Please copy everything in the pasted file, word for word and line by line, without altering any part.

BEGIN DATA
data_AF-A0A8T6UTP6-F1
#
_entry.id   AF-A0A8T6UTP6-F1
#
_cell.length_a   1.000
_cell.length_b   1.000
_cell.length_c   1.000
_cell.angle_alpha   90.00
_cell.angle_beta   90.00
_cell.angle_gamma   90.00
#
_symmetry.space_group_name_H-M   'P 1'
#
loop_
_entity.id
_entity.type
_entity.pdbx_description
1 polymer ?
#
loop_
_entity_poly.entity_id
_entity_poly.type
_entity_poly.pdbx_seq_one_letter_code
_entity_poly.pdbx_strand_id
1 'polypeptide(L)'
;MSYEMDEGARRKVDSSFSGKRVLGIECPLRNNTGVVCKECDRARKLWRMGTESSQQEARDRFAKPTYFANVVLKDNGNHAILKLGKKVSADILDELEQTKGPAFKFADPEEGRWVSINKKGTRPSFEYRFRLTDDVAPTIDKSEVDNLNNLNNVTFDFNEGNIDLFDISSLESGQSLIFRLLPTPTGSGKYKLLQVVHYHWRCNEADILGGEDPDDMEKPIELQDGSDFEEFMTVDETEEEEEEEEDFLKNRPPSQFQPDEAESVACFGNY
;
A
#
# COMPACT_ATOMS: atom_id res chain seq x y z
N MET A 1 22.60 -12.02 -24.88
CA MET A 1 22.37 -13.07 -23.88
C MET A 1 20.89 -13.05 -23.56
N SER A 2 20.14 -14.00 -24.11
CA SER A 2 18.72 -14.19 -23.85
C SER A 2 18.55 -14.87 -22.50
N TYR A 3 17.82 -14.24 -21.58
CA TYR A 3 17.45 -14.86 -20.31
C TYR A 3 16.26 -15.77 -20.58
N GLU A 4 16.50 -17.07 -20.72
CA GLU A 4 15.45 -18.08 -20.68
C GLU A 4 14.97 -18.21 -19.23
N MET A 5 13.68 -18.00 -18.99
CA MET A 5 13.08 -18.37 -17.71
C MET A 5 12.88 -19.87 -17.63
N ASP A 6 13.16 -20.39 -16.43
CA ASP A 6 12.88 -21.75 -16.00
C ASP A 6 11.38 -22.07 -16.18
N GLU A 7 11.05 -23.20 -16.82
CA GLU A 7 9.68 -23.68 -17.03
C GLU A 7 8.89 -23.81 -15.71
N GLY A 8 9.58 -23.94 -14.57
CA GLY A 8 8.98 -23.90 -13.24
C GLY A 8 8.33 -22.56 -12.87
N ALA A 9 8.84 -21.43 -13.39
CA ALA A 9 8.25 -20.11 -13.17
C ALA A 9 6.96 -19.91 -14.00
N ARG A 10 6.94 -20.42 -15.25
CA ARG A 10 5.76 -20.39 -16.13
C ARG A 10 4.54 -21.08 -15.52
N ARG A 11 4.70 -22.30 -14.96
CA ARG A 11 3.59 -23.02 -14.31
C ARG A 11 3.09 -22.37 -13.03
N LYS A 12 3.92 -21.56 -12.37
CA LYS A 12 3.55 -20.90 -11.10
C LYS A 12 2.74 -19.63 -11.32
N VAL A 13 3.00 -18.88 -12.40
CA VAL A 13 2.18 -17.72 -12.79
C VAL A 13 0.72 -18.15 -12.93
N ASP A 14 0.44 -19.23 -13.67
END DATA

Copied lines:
data_AF-A0A8T6UTP6-F1
#
_entry.id   AF-A0A8T6UTP6-F1
#
_cell.length_a   1.000
_cell.length_b   1.000
_cell.length_c   1.000
_cell.angle_alpha   90.00
_cell.angle_beta   90.00
_cell.angle_gamma   90.00
#
_symmetry.space_group_name_H-M   'P 1'
#
loop_
_entity.id
_entity.type
_entity.pdbx_description
1 polymer ?
#
loop_
_entity_poly.entity_id
_entity_poly.type
_entity_poly.pdbx_seq_one_letter_code
_entity_poly.pdbx_strand_id
1 'polypeptide(L)'
;MSYEMDEGARRKVDSSFSGKRVLGIECPLRNNTGVVCKECDRARKLWRMGTESSQQEARDRFAKPTYFANVVLKDNGNHAILKLGKKVSADILDELEQTKGPAFKFADPEEGRWVSINKKGTRPSFEYRFRLTDDVAPTIDKSEVDNLNNLNNVTFDFNEGNIDLFDISSLESGQSLIFRLLPTPTGSGKYKLLQVVHYHWRCNEADILGGEDPDDMEKPIELQDGSDFEEFMTVDETEEEEEEEEDFLKNRPPSQFQPDEAESVACFGNY
;
A
#
# COMPACT_ATOMS: atom_id res chain seq x y z
N MET A 1 22.60 -12.02 -24.88
CA MET A 1 22.37 -13.07 -23.88
C MET A 1 20.89 -13.05 -23.56
N SER A 2 20.14 -14.00 -24.11
CA SER A 2 18.72 -14.19 -23.85
C SER A 2 18.55 -14.87 -22.50
N TYR A 3 17.82 -14.24 -21.58
CA TYR A 3 17.45 -14.86 -20.31
C TYR A 3 16.26 -15.77 -20.58
N GLU A 4 16.50 -17.07 -20.72
CA GLU A 4 15.45 -18.08 -20.68
C GLU A 4 14.97 -18.21 -19.23
N MET A 5 13.68 -18.00 -18.99
CA MET A 5 13.08 -18.37 -17.71
C MET A 5 12.88 -19.87 -17.63
N ASP A 6 13.16 -20.39 -16.43
CA ASP A 6 12.88 -21.75 -16.00
C ASP A 6 11.38 -22.07 -16.18
N GLU A 7 11.05 -23.20 -16.82
CA GLU A 7 9.68 -23.68 -17.03
C GLU A 7 8.89 -23.81 -15.71
N GLY A 8 9.58 -23.94 -14.57
CA GLY A 8 8.98 -23.90 -13.24
C GLY A 8 8.33 -22.56 -12.87
N ALA A 9 8.84 -21.43 -13.39
CA ALA A 9 8.25 -20.11 -13.17
C ALA A 9 6.96 -19.91 -14.00
N ARG A 10 6.94 -20.42 -15.25
CA ARG A 10 5.76 -20.39 -16.13
C ARG A 10 4.54 -21.08 -15.52
N ARG A 11 4.70 -22.30 -14.96
CA ARG A 11 3.59 -23.02 -14.31
C ARG A 11 3.09 -22.37 -13.03
N LYS A 12 3.92 -21.56 -12.37
CA LYS A 12 3.55 -20.90 -11.10
C LYS A 12 2.74 -19.63 -11.32
N VAL A 13 3.00 -18.88 -12.40
CA VAL A 13 2.18 -17.72 -12.79
C VAL A 13 0.72 -18.15 -12.93
N ASP A 14 0.44 -19.23 -13.67